But before you enjoy those photos we want you to read a carefully and lovingly written article from WildCare of San Rafael, CA about the CATastrophic effects of outdoor cats on wildlife and birds. The author lives with cats and loves cat deeply. Truly, it’s alarming and if you have an outdoor cat and don’t read this article and take it to heart… well, to quote an old 1960’s adage, “if you aren’t part of the solution, then you part of the problem.” Designing and implementing an outdoor CATio customized to suit your cats and your home will be a fun project, the outcome to be enjoyed by all!

Reversing the CATastrophy

by Melanie Piazza, Director of Animal Care, WildCare

(An article reprinted from the WildCare newsletter – Summer 2016)

I grew up in an animal-loving family. Our cats were always indoor-outdoor. It’s just what you did back then. Of course my family’s cats hunted, and I can recall as a child searching the yard with my little sister for bird feathers, skulls and wings – the remnants of unfortunate victims of our cats. It never occurred to us, back then, that this was unfair to wildlife, and preventable by keeping the cats indoors.

I also remember losing two cats to the traffic on the busy road behind our neighbor’s house. We would bury them in our pet and wildlife graveyard in the backyard, all of us sobbing for another beloved companion lost. Again, it never occurred to us that this was unfair to the cats, and preventable by keeping them indoors.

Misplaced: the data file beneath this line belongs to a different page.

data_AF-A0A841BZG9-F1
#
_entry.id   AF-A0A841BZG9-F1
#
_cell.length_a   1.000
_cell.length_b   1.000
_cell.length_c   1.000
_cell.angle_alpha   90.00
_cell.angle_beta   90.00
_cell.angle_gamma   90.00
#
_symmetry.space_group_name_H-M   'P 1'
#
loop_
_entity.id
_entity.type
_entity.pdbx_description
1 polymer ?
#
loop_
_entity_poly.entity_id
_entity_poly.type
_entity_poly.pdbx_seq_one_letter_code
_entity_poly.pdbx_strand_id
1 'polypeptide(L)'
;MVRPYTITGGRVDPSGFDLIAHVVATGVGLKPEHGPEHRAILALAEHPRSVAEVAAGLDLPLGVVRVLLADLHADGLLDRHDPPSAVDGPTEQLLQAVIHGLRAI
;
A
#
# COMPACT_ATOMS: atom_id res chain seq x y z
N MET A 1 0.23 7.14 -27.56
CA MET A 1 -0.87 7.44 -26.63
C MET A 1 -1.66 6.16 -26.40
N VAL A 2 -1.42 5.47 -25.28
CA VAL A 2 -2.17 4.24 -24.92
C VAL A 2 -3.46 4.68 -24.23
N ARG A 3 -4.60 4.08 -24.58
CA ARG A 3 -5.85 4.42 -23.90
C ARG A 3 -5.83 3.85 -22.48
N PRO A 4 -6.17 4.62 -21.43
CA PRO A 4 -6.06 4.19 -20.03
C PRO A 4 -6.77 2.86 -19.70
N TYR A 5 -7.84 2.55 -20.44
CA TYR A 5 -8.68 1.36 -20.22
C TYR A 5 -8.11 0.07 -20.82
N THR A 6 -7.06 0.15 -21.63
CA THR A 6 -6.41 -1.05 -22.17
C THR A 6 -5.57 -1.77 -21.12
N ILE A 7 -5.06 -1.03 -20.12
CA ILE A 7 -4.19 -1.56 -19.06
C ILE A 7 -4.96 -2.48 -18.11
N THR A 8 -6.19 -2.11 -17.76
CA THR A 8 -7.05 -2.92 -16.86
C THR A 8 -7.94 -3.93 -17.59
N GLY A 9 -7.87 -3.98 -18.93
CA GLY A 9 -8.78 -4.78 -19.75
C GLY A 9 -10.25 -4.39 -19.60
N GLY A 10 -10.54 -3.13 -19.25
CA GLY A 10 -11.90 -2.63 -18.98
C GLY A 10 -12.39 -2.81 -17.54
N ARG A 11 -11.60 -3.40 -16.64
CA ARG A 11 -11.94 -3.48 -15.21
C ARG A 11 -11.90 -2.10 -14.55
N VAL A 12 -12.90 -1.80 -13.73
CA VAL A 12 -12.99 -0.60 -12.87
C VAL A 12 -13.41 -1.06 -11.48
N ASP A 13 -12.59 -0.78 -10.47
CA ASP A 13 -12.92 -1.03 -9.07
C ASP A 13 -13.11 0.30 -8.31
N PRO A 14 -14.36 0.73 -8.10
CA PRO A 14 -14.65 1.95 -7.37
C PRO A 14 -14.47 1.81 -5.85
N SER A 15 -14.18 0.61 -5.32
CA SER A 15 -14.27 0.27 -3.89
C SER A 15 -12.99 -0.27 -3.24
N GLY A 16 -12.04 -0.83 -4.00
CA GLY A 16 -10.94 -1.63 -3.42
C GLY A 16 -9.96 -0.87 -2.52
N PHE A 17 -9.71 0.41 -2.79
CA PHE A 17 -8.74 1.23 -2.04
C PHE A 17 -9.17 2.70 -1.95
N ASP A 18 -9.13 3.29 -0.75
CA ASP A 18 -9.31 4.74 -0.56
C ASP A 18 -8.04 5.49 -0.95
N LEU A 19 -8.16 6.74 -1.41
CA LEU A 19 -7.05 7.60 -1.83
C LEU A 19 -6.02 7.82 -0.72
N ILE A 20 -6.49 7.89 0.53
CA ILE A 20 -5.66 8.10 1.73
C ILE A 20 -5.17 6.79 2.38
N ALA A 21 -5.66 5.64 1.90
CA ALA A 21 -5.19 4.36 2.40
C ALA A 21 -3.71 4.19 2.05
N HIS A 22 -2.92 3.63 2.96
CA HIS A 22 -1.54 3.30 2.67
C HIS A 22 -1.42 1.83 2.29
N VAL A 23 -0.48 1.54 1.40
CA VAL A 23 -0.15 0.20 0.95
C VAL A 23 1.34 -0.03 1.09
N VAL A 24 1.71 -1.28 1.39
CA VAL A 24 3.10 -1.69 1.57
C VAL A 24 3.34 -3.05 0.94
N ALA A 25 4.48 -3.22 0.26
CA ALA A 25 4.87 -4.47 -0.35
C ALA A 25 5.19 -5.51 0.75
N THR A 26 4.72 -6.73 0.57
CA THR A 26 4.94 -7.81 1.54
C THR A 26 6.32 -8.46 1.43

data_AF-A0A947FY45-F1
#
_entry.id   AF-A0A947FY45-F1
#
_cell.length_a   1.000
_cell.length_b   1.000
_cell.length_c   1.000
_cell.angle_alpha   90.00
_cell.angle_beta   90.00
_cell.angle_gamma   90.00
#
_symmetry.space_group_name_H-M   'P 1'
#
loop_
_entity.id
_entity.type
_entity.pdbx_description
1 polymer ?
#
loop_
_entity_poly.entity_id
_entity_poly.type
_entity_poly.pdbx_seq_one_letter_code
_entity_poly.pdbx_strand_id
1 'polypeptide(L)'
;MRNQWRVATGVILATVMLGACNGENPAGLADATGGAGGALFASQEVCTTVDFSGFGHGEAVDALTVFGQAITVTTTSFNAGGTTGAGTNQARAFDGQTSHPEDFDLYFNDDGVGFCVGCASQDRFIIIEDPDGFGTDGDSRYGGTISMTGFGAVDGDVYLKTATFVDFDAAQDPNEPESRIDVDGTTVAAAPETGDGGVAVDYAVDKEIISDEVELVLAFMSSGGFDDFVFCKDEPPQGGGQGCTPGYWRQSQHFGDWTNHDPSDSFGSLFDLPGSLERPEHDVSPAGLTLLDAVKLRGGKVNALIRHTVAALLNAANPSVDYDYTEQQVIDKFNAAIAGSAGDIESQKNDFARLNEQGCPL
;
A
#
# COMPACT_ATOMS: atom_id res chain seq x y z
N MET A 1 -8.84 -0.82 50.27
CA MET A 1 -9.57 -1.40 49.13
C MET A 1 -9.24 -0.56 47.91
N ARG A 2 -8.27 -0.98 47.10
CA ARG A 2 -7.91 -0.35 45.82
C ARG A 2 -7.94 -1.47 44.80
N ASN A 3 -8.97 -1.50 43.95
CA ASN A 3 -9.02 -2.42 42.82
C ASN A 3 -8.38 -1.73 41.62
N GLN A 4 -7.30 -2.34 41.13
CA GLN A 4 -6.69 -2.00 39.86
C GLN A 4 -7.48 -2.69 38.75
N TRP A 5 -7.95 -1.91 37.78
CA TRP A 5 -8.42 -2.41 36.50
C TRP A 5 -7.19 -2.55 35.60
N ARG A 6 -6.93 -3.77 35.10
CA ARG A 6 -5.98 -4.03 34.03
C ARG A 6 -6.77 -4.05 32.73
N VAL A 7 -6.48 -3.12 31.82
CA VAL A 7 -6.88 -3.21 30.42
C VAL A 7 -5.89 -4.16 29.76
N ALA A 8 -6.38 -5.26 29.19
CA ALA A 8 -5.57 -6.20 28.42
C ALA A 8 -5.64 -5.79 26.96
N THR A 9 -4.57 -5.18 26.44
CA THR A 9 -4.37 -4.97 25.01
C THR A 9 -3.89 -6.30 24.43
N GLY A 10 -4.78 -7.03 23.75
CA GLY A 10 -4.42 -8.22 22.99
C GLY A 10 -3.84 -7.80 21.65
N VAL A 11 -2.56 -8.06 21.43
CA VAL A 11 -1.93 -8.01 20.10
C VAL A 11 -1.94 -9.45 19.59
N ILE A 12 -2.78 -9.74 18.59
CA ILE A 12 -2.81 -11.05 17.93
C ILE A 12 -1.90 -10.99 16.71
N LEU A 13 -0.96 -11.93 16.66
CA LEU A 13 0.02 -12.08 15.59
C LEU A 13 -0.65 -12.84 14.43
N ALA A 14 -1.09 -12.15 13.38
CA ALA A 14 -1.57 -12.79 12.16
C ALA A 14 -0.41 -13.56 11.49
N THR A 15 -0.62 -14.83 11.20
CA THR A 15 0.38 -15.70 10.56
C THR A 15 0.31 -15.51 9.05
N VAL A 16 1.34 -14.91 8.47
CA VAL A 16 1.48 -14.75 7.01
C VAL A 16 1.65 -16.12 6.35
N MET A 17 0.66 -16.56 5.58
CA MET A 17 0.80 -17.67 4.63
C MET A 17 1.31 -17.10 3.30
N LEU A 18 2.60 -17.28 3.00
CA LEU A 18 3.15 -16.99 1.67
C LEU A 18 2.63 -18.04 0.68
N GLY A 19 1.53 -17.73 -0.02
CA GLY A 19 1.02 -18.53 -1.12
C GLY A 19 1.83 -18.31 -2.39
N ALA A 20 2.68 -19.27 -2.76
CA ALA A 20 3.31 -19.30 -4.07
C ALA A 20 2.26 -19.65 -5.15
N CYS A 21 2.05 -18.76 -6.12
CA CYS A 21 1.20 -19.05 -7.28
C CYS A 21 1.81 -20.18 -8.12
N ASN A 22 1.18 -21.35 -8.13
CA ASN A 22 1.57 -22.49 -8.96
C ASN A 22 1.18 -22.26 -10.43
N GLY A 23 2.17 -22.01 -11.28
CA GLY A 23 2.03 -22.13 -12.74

A New Perspective

In 1998 I started working for an animal shelter / vet clinic and wildlife rehabilitation hospital. I saw more hit-by-car, lost-a-fight-with-something now-dying-of-infected-wounds, and suffering cats, both owned and stray, than I had ever imagined. I also discovered something I had not thought about since my childhood – an endless flow of injured, maimed, orphaned wild animals caught by cats.

There are countless studies and reports attempting to quantify just how many wild animals free-roaming domestic cats kill each year. The most impressive study I have seen so far is ongoing, and being conducted by National Geographic and the University of Georgia. This study put cameras around cats’ necks to record their actions outside the home. Cat guardians who were in denial about their cat’s death count were shocked to see the truth, and scientists gathered invaluable information. You can learn about it at:

From Our Own Experience

Depending on which special interest groups fund a study, the number of killed-by-cat wildlife can vary greatly, so I will speak from what I know firsthand. At WildCare alone we treat roughly 500 wild animals a year that have been the victims of cat attacks. This number encompasses not just birds, but mammals, reptiles and amphibians as well. And these are only the animals that cat owners find alive and bring to us. Regardless of where you stand on the topic, the number of wild animals that free roaming cats kill, injure and orphan is staggering, and is putting many of our wild species at risk. Any wildlife rehabilitator can tell you how maddening and heartbreaking it is to treat or have to euthanize the never-ending flow of mangled and suffering animals that are caught by well-fed and well-loved cats year after year.